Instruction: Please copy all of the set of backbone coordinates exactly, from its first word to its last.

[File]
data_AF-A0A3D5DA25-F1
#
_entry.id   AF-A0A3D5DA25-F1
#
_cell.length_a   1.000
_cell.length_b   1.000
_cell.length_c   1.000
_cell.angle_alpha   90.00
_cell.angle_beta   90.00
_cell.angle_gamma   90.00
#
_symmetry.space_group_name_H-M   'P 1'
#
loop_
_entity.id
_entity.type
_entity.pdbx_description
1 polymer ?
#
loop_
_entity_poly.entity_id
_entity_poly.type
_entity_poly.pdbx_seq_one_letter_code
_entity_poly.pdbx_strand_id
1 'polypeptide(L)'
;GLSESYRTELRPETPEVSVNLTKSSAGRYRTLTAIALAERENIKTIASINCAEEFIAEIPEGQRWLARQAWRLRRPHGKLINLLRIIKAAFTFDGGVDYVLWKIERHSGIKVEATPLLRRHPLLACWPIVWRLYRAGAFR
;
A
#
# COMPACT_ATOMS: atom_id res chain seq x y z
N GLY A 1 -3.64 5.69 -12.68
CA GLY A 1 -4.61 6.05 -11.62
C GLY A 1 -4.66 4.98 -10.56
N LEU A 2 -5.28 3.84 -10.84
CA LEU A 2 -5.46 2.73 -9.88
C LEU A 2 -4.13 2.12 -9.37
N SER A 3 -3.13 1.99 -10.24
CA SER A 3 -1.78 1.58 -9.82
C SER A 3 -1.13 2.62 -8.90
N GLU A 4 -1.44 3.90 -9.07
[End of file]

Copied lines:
data_AF-A0A3D5DA25-F1
#
_entry.id   AF-A0A3D5DA25-F1
#
_cell.length_a   1.000
_cell.length_b   1.000
_cell.length_c   1.000
_cell.angle_alpha   90.00
_cell.angle_beta   90.00
_cell.angle_gamma   90.00
#
_symmetry.space_group_name_H-M   'P 1'
#
loop_
_entity.id
_entity.type
_entity.pdbx_description
1 polymer ?
#
loop_
_entity_poly.entity_id
_entity_poly.type
_entity_poly.pdbx_seq_one_letter_code
_entity_poly.pdbx_strand_id
1 'polypeptide(L)'
;GLSESYRTELRPETPEVSVNLTKSSAGRYRTLTAIALAERENIKTIASINCAEEFIAEIPEGQRWLARQAWRLRRPHGKLINLLRIIKAAFTFDGGVDYVLWKIERHSGIKVEATPLLRRHPLLACWPIVWRLYRAGAFR
;
A
#
# COMPACT_ATOMS: atom_id res chain seq x y z
N GLY A 1 -3.64 5.69 -12.68
CA GLY A 1 -4.61 6.05 -11.62
C GLY A 1 -4.66 4.98 -10.56
N LEU A 2 -5.28 3.84 -10.84
CA LEU A 2 -5.46 2.73 -9.88
C LEU A 2 -4.13 2.12 -9.37
N SER A 3 -3.13 1.99 -10.24
CA SER A 3 -1.78 1.58 -9.82
C SER A 3 -1.13 2.62 -8.90
N GLU A 4 -1.44 3.90 -9.07